Syria: Why Saudi Arabia wants Assad on its side again
Amid news of a potential Saudi-Iran rapprochement, media reports of a Saudi intelligence delegation in Damascus have received considerable coverage. A Rai al-Youm exclusive about Saudi Arabia’s intelligence chief meeting Syrian President Bashar al-Assad has raised questions over the timing of the move.
Such discreet security visits tend not to be officially announced, leaving media reports uncorroborated - but in this instance, the Syrian ambassador to Lebanon issued a positive statement on the topic, which most Syrian officials have avoided since bilateral diplomatic relations were severed at the outset of the Syrian war.
As the Biden administration in the US seeks to recalibrate the unorthodox, Trump-era Middle East policies, the Saudis have been hedging their bets, uncertain over the future of Washington’s interests in Riyadh. The latest move by the Saudis also comes after the UAE and Bahrain publicly embraced the Assad regime in recent years.
Saudi Arabia needs the assistance of Damascus in stabilising Lebanon, given that Beirut remains at the core of Saudi interests in the Levant
Events in Lebanon have also been a key factor, as Saudi Arabia needs the assistance of Damascus in stabilising Lebanon, given that Beirut remains at the core of Saudi interests in the Levant. Having exhausted all avenues of influence in Lebanon, Riyadh is now returning to the tried-and-tested formula of rapprochement with Syria.
Saudi Arabia has been an active participant in Beirut’s politics ever since Ibn Saud’s opposition to further divisions of historical Syria. During the 1950s and ‘60s, the Saudis opposed further entrenchment of former Egyptian President Gamal Abdel Nasser in Lebanon, instead favouring Syrian lordship over the country.
After Hafez al-Assad came to power in Syria, the Saudis regularly favoured Syrian policies in Lebanon, even if that meant giving the upper hand to an ideological opponent. Despite clear strategic differences in how to stabilise Lebanon after Israel’s exit in 2000, Riyadh has repeatedly put aside its differences with Damascus and worked with Bashar al-Assad, just as it did with his father.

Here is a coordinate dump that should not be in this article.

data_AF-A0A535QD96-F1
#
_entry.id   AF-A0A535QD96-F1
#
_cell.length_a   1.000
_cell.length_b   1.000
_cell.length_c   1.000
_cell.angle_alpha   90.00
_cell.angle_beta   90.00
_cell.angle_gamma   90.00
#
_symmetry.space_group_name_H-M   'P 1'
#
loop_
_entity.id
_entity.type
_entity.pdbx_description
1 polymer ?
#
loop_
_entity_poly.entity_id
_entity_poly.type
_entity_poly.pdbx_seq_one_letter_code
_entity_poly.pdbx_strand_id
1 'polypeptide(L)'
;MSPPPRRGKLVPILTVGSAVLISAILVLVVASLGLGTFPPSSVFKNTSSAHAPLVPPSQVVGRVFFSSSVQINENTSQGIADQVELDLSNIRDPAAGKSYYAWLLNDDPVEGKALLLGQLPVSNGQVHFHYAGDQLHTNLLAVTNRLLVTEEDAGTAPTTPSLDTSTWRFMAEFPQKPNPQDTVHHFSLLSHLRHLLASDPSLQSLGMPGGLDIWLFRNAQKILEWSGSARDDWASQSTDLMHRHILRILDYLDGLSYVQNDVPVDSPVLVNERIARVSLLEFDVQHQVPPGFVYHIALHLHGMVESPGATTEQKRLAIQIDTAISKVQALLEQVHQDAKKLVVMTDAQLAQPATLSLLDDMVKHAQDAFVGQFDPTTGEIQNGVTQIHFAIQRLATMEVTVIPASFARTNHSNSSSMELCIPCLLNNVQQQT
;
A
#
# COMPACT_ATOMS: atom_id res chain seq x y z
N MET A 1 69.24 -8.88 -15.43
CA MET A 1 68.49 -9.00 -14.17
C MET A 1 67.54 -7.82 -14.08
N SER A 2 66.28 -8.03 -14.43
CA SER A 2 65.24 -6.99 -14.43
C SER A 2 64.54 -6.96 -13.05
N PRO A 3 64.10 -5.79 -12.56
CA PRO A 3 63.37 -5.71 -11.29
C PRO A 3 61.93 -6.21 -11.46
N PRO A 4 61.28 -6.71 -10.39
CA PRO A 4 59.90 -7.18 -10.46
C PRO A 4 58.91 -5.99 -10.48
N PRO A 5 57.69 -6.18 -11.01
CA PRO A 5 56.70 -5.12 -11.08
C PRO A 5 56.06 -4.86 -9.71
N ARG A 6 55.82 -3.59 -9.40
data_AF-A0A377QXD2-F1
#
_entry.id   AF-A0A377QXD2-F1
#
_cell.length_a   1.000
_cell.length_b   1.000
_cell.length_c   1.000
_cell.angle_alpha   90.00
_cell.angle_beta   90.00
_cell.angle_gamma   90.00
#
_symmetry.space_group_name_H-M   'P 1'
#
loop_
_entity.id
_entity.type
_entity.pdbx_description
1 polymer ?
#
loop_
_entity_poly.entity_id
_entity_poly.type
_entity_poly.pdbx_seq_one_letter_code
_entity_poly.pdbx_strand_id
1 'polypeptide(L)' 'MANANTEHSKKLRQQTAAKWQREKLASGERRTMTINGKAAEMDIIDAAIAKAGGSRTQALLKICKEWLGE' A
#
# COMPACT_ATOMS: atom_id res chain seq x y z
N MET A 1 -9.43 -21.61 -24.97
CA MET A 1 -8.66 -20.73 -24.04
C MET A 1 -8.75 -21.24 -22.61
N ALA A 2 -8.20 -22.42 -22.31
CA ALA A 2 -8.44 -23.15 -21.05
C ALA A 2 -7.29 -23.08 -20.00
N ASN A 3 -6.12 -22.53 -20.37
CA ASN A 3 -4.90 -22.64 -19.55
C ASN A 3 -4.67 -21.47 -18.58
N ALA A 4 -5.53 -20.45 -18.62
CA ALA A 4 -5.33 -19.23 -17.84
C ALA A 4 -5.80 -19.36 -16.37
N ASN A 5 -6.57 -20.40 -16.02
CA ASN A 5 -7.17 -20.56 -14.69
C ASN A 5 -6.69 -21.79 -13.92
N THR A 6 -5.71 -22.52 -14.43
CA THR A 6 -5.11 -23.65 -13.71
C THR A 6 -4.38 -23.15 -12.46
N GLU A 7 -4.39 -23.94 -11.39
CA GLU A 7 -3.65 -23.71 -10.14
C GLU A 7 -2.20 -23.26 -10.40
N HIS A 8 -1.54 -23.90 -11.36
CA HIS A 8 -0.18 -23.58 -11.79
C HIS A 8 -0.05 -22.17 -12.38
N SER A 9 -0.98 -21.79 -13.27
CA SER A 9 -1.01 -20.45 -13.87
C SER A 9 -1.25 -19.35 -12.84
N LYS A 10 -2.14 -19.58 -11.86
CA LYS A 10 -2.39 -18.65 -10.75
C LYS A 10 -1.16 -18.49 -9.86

Basem Shabb, a former Lebanese MP and close adviser to Prime Minister-designate Saad Hariri, has written about how Syria has quietly upped its game in mainstream Lebanese politics, which has also meant supporting groups that back Syria rather than Iran’s main agenda in Lebanon. A US State Department assessment last year cited evidence that Damascus was regaining its pre-eminent place in Lebanese politics.
It is important to note that Syria has always pursued its own interests in Lebanon, rather than those of Iran. Syria does not always toe Iran’s line, especially with regards to Lebanon and Iraq. It is this aspect of Syria’s policy that appeals most to the Saudis.
There is a saying in Damascus that the Saudis will try and fail in every Lebanese initiative until it consents and works with the Syrians, rather than against them. After the collapse of Lebanese banks and the Hariri detention fiasco, Riyadh had more or less written off Lebanon in its list of priorities. And yet, Saudi Crown Prince Mohammed bin Salman has steadily but surely inched towards making Riyadh a player in Lebanon again.
Prince Mohammed does not like being shut out and giving in to Iran in Lebanon. As such, he appears to be taking the same course as many of his predecessors, dating back to Ibn Saud: reaching out to Damascus for stability in Lebanon.
Delicate balancing act
Of course, the Saudi intelligence chief’s reported visit to Syria was not just about Lebanon. The Saudis have been reaching out to Damascus for years behind the scenes. Assad does not see the Saudi-Iran detente as a zero-sum game for Syria; like his father before him, who overcame Saudi suspicion of Syrian support for Iran against a then-Riyadh-allied Saddam Hussein, the Syrian president is poised to work with the Saudis again, regardless of the Iranian presence in Syria.
This delicate balancing act could draw in the Saudis to help Assad formally overcome his country’s economic breakdown. The UAE has publicly called for the removal of US Caesar Act sanctions, and is delivering regular medical aid and helping to facilitate Syria’s regional rehabilitation.
Despite a public focus on Syria’s inclusion in the Arab League, this is merely symbolic. What matters are the actual policies that Damascus offers to the Saudis.
Prince Mohammed has grand ideas that require the collective stability of Syria and Lebanon. Given the byzantine nature of Syrian and Lebanese politics, Saudi Arabia has room to manoeuvre, but must rely on the Syrians to re-enter Lebanon in a meaningful way.
The Saudi crown prince has made overtures to Assad and publicly called for an acknowledgement of Assad’s victory in return for pushing Iran out of Syria. With or without the Lebanese factor, the Saudis want Assad on their side again to help shape the wider region, including countering Turkish and Iranian influence in the Levant.
The views expressed in this article belong to the author and do not necessarily reflect the editorial policy of Middle East Eye.
This article is available in French on Middle East Eye French edition.